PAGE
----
Health and Social Care Secretary Sajid Javid speech at Alzheimer’s Society 2022 conference.

Thank you Gina – not just for your warm introduction, but for everything you do, raising awareness and supporting other people living with dementia. Thank you very much.

And I’m also grateful to the Alzheimer’s Society for bringing us all together this afternoon.

I can’t begin to reflect on what the future holds without acknowledging the challenges of the past two years. Whether it’s the people living with dementia, or those around them who love and care for them, I know dementia is difficult at the best of times. The pandemic made it doubly difficult.

Dementia made some of the steps we needed to take to combat the pandemic a lot harder: like extra handwashing, or socially distancing. Or families and carers, who had very little respite.

But I know it’s the emotional side that’s proved toughest over time. It runs deeper than the smiles and hugs we all missed.

Many of you have tirelessly smashed the taboos around dementia – like the idea dementia is a hidden disease. Lots of you – people like Gina – are proof that people with dementia shouldn’t be hidden away from society.

But sadly, the pandemic saw us all spend more time behind closed doors, physically separated from society and the people that we love.

So I want to say a huge thank you to all of you, for your tremendous courage and resilience in the most extraordinary of circumstances.

When I accepted this role nearly a year ago, I made it my priority to safely remove so many of the restrictions around Covid. Burdens that kept us apart through these difficult times. We’re now leading the world in learning to live with Covid, and I’m proud of how far we’ve come.

Yet even with these brighter days ahead, I know it will take some time for us to recover from this collective trauma. And, of course, the challenges of conditions like dementia haven’t gone away.

Over 900,000 people in the UK are believed to be living with dementia. In 2020, it was the leading cause of death (in England and Wales) after Covid-19.

Yet even when we’re faced with such stark statistics, it’s important to remember how we got here.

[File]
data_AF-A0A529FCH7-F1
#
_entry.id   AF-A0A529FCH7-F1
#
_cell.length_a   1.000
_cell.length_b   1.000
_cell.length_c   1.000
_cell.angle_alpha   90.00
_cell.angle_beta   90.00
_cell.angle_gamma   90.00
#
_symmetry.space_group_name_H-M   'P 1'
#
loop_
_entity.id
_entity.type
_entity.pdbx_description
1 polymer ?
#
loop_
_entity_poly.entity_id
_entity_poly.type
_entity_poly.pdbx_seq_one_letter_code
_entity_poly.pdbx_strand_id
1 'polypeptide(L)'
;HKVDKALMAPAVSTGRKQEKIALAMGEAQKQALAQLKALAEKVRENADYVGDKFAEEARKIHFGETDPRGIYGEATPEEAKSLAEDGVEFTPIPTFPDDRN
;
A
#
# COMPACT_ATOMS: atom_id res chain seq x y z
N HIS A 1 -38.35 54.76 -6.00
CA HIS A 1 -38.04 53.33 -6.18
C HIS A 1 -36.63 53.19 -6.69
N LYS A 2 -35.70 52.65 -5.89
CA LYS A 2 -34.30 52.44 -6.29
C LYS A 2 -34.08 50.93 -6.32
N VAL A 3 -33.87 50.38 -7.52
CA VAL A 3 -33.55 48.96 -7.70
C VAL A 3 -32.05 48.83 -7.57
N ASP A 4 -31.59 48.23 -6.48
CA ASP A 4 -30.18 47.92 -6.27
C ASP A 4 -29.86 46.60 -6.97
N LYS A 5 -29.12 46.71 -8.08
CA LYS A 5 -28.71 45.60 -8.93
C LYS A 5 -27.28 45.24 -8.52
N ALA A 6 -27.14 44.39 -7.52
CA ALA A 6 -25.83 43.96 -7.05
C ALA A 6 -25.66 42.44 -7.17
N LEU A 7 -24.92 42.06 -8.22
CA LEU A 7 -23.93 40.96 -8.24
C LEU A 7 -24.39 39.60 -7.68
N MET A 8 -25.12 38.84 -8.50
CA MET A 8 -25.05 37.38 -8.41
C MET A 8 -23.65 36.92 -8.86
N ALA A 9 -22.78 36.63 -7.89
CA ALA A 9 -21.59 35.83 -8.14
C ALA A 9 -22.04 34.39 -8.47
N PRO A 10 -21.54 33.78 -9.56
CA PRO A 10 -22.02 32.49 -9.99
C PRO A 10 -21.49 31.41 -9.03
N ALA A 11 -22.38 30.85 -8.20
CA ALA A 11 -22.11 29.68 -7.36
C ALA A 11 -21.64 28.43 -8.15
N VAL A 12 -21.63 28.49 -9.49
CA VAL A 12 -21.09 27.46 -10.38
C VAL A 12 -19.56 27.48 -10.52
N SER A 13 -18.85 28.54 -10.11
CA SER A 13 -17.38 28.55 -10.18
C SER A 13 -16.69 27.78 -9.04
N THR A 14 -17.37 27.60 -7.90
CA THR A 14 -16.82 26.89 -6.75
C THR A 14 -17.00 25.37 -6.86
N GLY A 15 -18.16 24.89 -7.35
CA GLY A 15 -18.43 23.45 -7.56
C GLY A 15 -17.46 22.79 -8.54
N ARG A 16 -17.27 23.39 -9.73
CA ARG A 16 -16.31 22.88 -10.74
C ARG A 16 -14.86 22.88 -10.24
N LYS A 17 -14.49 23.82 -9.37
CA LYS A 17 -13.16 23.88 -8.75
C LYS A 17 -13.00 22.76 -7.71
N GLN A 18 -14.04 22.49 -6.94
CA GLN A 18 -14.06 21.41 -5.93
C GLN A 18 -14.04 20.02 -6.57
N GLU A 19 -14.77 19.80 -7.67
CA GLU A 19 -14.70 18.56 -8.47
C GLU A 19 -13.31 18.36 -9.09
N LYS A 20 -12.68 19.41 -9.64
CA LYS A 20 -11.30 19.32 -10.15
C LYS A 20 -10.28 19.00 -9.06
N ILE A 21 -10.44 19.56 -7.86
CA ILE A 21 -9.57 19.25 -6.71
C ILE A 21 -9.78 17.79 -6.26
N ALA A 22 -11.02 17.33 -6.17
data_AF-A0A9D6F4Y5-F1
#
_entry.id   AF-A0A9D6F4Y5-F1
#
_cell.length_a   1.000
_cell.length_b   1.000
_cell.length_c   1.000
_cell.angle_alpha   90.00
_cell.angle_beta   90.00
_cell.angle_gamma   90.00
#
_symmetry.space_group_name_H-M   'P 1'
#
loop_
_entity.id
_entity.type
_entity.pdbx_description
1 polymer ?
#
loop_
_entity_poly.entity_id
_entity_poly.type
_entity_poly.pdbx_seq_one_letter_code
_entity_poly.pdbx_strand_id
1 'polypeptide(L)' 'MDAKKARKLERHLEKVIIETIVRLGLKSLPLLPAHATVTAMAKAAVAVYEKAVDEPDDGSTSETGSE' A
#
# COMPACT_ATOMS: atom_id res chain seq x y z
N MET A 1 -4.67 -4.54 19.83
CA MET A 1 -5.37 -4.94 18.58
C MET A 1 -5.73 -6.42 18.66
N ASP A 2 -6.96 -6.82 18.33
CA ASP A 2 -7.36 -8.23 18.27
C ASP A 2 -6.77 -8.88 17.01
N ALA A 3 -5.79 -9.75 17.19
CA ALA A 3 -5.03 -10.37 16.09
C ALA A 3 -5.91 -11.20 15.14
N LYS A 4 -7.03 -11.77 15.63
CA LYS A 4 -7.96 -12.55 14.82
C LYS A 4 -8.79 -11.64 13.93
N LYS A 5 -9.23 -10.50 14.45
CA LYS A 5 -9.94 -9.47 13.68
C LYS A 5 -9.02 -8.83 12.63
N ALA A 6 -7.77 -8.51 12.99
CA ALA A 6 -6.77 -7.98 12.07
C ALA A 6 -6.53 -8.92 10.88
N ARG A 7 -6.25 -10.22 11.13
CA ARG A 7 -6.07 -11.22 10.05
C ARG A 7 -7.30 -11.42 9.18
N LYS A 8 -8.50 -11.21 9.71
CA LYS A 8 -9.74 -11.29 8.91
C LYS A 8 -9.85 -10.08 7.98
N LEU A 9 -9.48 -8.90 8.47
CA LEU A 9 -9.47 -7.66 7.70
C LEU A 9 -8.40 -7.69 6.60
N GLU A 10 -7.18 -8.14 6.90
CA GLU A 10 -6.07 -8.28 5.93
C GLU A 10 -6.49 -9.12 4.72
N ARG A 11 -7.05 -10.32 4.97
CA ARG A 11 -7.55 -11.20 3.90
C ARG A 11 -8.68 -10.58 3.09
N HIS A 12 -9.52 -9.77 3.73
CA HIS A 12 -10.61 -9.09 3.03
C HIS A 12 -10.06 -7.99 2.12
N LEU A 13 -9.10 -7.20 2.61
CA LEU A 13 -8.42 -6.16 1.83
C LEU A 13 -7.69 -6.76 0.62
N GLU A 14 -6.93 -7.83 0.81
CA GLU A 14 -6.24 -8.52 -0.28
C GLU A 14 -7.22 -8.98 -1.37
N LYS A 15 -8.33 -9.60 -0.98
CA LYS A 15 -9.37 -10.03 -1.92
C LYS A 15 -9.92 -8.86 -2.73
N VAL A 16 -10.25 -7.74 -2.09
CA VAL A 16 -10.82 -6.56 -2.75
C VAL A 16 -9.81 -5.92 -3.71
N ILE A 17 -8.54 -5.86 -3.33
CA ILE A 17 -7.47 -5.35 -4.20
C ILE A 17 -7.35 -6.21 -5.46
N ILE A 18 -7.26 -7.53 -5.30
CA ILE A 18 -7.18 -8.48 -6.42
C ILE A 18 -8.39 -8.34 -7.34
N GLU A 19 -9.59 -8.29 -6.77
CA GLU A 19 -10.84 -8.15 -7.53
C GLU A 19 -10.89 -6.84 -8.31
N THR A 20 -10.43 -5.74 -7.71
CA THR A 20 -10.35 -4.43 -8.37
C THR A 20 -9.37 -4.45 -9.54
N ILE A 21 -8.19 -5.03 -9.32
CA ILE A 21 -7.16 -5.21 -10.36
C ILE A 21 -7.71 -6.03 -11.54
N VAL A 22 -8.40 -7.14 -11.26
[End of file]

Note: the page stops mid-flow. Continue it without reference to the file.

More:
Economic growth, medical breakthroughs and vastly improved health and care services have seen life expectancy increase by more than a decade in our lifetimes. It’s one of the great triumphs of the 20th Century. We’re all living longer.

If we’re to get the 21st Century right, we need those extra years to be spent in good health.

And sadly that’s not the case for too many people. By 2025, 1 million people in the UK are expected to have dementia, and is expected to rise to 1.6 million by 2040.

There has been some great progress in recent years.

David Cameron used the rotating chairmanship of the G8 to convene the world’s first G8 dementia summit – which took the dementia challenge onto the global stage. And that passion for global action against dementia has continued in his current role as President of Alzheimer’s Research UK.

And I do want to pay tribute to David, because I remember very well when I was in his Cabinet: he dedicated an entire cabinet session to dementia and invited Alzheimer’s UK to speak to us. They enrolled us all as ‘dementia friends’, and even all these years later now I’m Health and Social Care Secretary, I still reflect on what I learned back then.

The Challenge on Dementia 2020 was another landmark piece of work, which saw a million care workers and a million NHS workers receive dementia awareness training. Over the 5 years of the strategy, the government invested some £ 420 million on dementia research.

But the pandemic has stemmed the tide of progress. Despite the best efforts of the NHS, it became harder for some people to get a timely diagnosis, because the pandemic made it more difficult to access memory assessment services. I know the Alzheimer’s Society has estimated over 30,000 people didn’t receive a diagnosis because of the pandemic.

Equally, we know from your brilliant research that tens of thousands of people are still missing out on a dementia diagnosis each year because they confuse key symptoms with getting old. As you say: “It’s not called getting old, it’s called getting ill”.

So, while these broader demographic trends, combined with the rising prevalence of dementia, were always going to take us to a crossroads – a moment where we’d have to rethink how we do health and care in this country – the pandemic has brought us to these crossroads a lot more quickly. In fact, we’re there right now.

I think one of the reasons why we haven’t made as much progress on dementia as we would like is because it’s going to take some pretty seismic shifts, both in terms of the architecture of health and care and our own approach.